For the infinite realm of possibilities that exist in the digital landscape, the conversations have been infinitely small. I really don’t understand it. I jokingly said when I was speaking at Stanford’s MediaX that Second Life was the equivalent of AOL to the Internet back in 1996. Then, most people thought AOL and the Internet were one and the same. Consider where AOL is today.
At my firm Swivel Media, we probably get 10 inquiries a week wanting to talk about the work that we’ve done in virtual worlds, with a heavy focus on Second Life. The reality, of course, is that we used the Linden Lab platform without having inclusion in the mystical world of Second Life. At that time, Second Life had about 35,000 residents. By the time we were gone they were very slowly eclipsing the 100,000 resident mark.
Today, of course, there are many agencies trying to back track and explain how and why they got their clients to cough up a lot of money to stake a claim in a land where nobody is essentially home. The marketers who thought it was important to be there first now have to explain to their execs why they need to stay there—and continue to spend more money on up-keep of the project—until people do show up.
The digital space should be strategized just like the physical space. What does that mean? Unless you’re a property that was well ahead of the curve and offers one hell of a compelling proposition, the rules haven’t changed despite all the hype. Second Life will not be Web 3.0. Will the Internet head in a 3-D direction? Absolutely, but it won’t be relegated to the walls of Linden’s platform even when they open source the code. Granted, Linden Lab came out of the gate with a fantastic vision, but what matters is where you finish the race that matters – not where you start. Talk to AOL about that one.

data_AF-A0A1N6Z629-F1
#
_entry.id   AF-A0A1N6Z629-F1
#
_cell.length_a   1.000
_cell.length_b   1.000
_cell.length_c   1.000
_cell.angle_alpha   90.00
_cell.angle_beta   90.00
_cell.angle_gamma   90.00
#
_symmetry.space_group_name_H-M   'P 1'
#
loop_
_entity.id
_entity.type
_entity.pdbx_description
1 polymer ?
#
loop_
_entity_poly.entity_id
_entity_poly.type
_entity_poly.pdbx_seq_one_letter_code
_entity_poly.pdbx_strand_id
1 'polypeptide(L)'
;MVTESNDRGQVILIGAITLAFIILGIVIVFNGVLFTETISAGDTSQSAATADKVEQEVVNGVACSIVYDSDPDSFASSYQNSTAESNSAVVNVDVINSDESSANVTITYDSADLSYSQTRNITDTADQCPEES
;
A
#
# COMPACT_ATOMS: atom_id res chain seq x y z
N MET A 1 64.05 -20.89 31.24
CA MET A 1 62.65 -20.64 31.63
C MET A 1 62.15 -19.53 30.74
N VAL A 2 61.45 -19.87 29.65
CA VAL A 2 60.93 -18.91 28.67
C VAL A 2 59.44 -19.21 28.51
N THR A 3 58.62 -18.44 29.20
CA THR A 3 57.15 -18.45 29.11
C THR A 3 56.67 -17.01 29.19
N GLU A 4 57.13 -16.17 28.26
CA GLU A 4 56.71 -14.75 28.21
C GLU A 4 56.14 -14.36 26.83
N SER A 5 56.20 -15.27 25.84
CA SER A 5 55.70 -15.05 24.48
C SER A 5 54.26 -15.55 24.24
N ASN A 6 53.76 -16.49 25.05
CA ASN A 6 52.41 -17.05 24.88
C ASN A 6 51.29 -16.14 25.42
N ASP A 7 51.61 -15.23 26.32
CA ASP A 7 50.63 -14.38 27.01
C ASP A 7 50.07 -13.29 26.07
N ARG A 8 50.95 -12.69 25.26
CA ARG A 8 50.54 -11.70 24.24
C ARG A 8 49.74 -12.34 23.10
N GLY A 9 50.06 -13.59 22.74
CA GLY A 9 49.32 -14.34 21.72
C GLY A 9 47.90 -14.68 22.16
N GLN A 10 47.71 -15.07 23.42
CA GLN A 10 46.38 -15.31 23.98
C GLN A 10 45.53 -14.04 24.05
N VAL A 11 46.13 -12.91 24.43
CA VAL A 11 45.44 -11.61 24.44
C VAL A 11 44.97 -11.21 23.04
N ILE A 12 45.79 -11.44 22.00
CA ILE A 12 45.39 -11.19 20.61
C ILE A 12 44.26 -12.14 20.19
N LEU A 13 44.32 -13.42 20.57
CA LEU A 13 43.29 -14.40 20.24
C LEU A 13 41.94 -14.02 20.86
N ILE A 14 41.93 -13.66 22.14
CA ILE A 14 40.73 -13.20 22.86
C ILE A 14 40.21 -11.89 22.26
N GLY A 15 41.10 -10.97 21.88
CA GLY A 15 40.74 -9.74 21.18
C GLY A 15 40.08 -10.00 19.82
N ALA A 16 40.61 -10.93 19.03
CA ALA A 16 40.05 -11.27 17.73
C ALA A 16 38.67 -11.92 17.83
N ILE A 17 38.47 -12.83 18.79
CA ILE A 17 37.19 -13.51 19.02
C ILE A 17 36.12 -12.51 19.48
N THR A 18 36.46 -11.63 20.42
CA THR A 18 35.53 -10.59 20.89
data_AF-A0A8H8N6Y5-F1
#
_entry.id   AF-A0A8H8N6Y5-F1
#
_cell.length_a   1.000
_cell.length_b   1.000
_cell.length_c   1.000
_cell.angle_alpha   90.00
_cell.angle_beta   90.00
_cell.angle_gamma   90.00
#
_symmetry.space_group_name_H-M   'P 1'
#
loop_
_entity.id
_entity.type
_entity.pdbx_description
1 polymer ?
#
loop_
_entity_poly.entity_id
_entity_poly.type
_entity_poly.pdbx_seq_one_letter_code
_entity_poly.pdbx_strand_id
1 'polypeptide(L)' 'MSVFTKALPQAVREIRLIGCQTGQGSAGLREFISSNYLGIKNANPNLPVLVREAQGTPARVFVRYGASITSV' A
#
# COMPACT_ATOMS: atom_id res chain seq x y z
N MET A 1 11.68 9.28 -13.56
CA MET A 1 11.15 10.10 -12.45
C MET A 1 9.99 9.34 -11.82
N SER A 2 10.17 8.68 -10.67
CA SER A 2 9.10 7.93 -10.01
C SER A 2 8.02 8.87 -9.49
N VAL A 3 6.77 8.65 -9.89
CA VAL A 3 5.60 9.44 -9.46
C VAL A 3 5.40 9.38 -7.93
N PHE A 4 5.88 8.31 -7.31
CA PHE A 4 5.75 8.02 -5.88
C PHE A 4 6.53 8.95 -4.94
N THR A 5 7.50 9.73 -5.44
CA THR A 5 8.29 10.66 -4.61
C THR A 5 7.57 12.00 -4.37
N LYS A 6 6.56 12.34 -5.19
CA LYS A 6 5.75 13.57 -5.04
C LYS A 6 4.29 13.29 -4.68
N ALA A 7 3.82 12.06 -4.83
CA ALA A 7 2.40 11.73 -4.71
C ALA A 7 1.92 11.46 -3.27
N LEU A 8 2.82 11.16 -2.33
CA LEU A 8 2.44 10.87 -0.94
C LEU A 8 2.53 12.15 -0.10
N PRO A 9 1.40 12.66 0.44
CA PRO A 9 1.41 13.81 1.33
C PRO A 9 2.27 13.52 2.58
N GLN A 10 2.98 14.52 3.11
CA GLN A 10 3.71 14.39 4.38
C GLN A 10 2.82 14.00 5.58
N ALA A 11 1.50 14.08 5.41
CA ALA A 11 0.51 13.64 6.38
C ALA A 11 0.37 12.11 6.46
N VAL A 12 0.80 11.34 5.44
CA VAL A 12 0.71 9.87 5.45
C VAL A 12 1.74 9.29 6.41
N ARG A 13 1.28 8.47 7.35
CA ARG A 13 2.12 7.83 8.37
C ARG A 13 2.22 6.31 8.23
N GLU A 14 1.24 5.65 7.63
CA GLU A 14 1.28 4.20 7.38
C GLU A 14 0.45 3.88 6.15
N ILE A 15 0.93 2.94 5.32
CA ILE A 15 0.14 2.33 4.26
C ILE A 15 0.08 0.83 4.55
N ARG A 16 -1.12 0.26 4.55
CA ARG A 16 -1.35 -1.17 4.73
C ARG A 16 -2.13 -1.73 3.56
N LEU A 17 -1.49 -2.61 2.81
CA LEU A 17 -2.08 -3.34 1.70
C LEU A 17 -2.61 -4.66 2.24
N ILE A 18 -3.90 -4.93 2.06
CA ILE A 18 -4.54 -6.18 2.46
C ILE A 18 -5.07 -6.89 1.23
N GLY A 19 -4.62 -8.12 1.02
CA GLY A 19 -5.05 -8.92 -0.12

Having a strategy that plants a flag in one metaverse is the equivalent of opening one retail location in the physical space and expecting it to do the sales of 10,000 stores. Yes, the digital space does tear down the geographic barriers that exist in the physical space, but that doesn’t mean that the three C’s of convenience, control and choice aren’t going to rule the digital dynamic as well.
This Web 3.0 will go through the same maturation process as Web 2.0. The behemoths will grow, and then people will feel like they have lost touch by trying to be everything to everyone instead of catering to a more niche audience. It is the equivalent of what is happening to MySpace right now. Gamers with a MySpace account may go back to MySpace once in a while, but they are more likely to frequent a site that presses their passion points with a louder tap, like The Great Games Experiment.
For now, I’ll sit back and listen to people claim they know everything and watch history repeat itself again and again and again. What’s the right play? That’s for another day. Today, let me live in the mystery for a little while longer – that’s where I feel most comfortable.
Erik Hauser is creative director/founder of San Francisco-based marketing firm Swivel Media and founder of IXMA, the International Experiential Marketing Association. He also moderates the Experiential Marketing Forum.